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How inflation can end the equity market dream run?

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When the booze is overflowing non-stop in a party riding on
high octane, very few drinkers really think about the consequent hangover when
the party stops. In such a high adrenaline atmosphere, many grossly overestimate
their capacity to drink, encouraged by behaviour of their friends & crowd around

The world markets are going through a similar party. The
booze (easy money) is supplied by central bankers all over the world in high
quantity and they promise they won’t stop anytime sooner.

The heady cocktail of easy money has been keeping the party
going on for a long time. Emboldened by the recent successes in the equity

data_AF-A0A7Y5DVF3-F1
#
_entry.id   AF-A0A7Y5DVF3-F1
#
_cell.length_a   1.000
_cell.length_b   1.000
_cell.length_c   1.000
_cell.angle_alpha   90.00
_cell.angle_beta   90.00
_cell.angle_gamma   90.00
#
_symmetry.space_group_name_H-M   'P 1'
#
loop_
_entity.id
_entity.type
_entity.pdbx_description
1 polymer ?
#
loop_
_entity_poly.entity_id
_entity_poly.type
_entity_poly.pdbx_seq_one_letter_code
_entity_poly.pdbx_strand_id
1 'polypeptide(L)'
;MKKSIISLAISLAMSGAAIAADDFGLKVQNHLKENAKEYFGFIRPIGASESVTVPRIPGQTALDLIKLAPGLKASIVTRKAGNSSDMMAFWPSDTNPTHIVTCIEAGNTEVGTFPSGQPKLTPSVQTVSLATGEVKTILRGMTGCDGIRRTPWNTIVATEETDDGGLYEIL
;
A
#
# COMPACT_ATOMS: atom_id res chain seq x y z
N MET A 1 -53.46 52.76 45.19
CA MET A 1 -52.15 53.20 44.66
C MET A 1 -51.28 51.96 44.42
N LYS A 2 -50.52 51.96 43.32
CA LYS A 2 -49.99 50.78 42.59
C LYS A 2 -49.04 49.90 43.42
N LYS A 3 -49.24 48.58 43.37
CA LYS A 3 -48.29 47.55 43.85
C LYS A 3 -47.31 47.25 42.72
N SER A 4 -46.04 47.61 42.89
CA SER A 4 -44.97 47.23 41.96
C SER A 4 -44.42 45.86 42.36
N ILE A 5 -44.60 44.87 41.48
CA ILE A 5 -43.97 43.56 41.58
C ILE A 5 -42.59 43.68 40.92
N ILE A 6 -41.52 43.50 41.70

markets where liquidity has lifted all the boats, many investors are doubling
down on their bets by overestimating their ability to absorb losses. Many
believe that the possibility of losses is very minimal since the central banks
are on their side.

To quantify, the Central bank of the USA – Fed printed more than 20% of total US dollars ever printed in the last year.

Super loose monetary policy also encouraged many countries & companies to go on a debt binge. The debt as a percentage of overall GDP has risen sharply.

Low interest rates have also played a major role to push people towards speculative asset classes. And so far, the majority have seen the value of their investment going up only in a very short span of time without much downside volatility. Investments in cryptos, equity, and other speculative plays are seen as get-rich-quick schemes and so far, no one is complaining. World markets in some manners resemble casinos.